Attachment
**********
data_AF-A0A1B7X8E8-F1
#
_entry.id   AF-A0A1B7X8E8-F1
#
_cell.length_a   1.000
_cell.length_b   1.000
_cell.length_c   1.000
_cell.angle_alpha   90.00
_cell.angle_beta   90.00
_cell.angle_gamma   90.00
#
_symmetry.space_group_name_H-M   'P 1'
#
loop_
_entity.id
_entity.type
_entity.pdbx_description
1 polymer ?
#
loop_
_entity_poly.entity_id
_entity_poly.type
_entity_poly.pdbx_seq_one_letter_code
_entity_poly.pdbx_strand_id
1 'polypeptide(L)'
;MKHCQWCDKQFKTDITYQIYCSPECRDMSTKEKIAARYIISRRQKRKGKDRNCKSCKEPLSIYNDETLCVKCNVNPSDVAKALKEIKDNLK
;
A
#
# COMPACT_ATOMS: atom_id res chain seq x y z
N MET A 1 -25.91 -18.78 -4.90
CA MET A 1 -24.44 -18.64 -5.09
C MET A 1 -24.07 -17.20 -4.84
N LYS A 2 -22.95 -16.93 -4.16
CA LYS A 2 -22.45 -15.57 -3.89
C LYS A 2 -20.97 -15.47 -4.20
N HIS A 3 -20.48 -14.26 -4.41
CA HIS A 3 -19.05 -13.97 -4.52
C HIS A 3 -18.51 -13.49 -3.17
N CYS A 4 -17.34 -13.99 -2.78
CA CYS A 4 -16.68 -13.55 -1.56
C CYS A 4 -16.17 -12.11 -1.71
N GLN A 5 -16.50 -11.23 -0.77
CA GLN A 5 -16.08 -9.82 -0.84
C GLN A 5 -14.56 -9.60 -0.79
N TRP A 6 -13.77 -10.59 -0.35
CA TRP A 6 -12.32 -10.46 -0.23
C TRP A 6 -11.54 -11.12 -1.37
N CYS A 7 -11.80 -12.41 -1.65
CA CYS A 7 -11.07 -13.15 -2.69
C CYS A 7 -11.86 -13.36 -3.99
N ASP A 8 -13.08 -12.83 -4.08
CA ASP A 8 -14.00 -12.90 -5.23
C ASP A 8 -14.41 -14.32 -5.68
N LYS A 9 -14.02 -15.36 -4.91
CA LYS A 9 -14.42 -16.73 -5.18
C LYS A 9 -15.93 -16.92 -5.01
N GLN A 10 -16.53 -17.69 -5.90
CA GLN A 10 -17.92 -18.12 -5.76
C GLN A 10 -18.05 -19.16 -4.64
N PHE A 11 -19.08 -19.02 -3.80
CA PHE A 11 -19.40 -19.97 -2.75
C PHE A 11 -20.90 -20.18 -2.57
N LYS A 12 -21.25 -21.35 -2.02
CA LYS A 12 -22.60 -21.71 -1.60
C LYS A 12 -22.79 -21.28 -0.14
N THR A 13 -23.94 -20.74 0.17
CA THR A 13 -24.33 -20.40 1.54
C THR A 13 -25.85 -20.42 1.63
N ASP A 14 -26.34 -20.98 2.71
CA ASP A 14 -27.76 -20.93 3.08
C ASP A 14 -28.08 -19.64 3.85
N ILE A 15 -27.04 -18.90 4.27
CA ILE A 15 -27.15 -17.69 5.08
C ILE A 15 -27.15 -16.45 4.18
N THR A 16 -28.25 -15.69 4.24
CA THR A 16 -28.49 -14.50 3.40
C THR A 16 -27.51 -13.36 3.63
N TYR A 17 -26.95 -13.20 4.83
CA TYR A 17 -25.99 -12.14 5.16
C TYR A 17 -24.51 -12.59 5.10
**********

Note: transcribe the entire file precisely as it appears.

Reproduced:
data_AF-A0A1B7X8E8-F1
#
_entry.id   AF-A0A1B7X8E8-F1
#
_cell.length_a   1.000
_cell.length_b   1.000
_cell.length_c   1.000
_cell.angle_alpha   90.00
_cell.angle_beta   90.00
_cell.angle_gamma   90.00
#
_symmetry.space_group_name_H-M   'P 1'
#
loop_
_entity.id
_entity.type
_entity.pdbx_description
1 polymer ?
#
loop_
_entity_poly.entity_id
_entity_poly.type
_entity_poly.pdbx_seq_one_letter_code
_entity_poly.pdbx_strand_id
1 'polypeptide(L)'
;MKHCQWCDKQFKTDITYQIYCSPECRDMSTKEKIAARYIISRRQKRKGKDRNCKSCKEPLSIYNDETLCVKCNVNPSDVAKALKEIKDNLK
;
A
#
# COMPACT_ATOMS: atom_id res chain seq x y z
N MET A 1 -25.91 -18.78 -4.90
CA MET A 1 -24.44 -18.64 -5.09
C MET A 1 -24.07 -17.20 -4.84
N LYS A 2 -22.95 -16.93 -4.16
CA LYS A 2 -22.45 -15.57 -3.89
C LYS A 2 -20.97 -15.47 -4.20
N HIS A 3 -20.48 -14.26 -4.41
CA HIS A 3 -19.05 -13.97 -4.52
C HIS A 3 -18.51 -13.49 -3.17
N CYS A 4 -17.34 -13.99 -2.78
CA CYS A 4 -16.68 -13.55 -1.56
C CYS A 4 -16.17 -12.11 -1.71
N GLN A 5 -16.50 -11.23 -0.77
CA GLN A 5 -16.08 -9.82 -0.84
C GLN A 5 -14.56 -9.60 -0.79
N TRP A 6 -13.77 -10.59 -0.35
CA TRP A 6 -12.32 -10.46 -0.23
C TRP A 6 -11.54 -11.12 -1.37
N CYS A 7 -11.80 -12.41 -1.65
CA CYS A 7 -11.07 -13.15 -2.69
C CYS A 7 -11.86 -13.36 -3.99
N ASP A 8 -13.08 -12.83 -4.08
CA ASP A 8 -14.00 -12.90 -5.23
C ASP A 8 -14.41 -14.32 -5.68
N LYS A 9 -14.02 -15.36 -4.91
CA LYS A 9 -14.42 -16.73 -5.18
C LYS A 9 -15.93 -16.92 -5.01
N GLN A 10 -16.53 -17.69 -5.90
CA GLN A 10 -17.92 -18.12 -5.76
C GLN A 10 -18.05 -19.16 -4.64
N PHE A 11 -19.08 -19.02 -3.80
CA PHE A 11 -19.40 -19.97 -2.75
C PHE A 11 -20.90 -20.18 -2.57
N LYS A 12 -21.25 -21.35 -2.02
CA LYS A 12 -22.60 -21.71 -1.60
C LYS A 12 -22.79 -21.28 -0.14
N THR A 13 -23.94 -20.74 0.17
CA THR A 13 -24.33 -20.40 1.54
C THR A 13 -25.85 -20.42 1.63
N ASP A 14 -26.34 -20.98 2.71
CA ASP A 14 -27.76 -20.93 3.08
C ASP A 14 -28.08 -19.64 3.85
N ILE A 15 -27.04 -18.90 4.27
CA ILE A 15 -27.15 -17.69 5.08
C ILE A 15 -27.15 -16.45 4.18
N THR A 16 -28.25 -15.69 4.24
CA THR A 16 -28.49 -14.50 3.40
C THR A 16 -27.51 -13.36 3.63
N TYR A 17 -26.95 -13.20 4.83
CA TYR A 17 -25.99 -12.14 5.16
C TYR A 17 -24.51 -12.59 5.10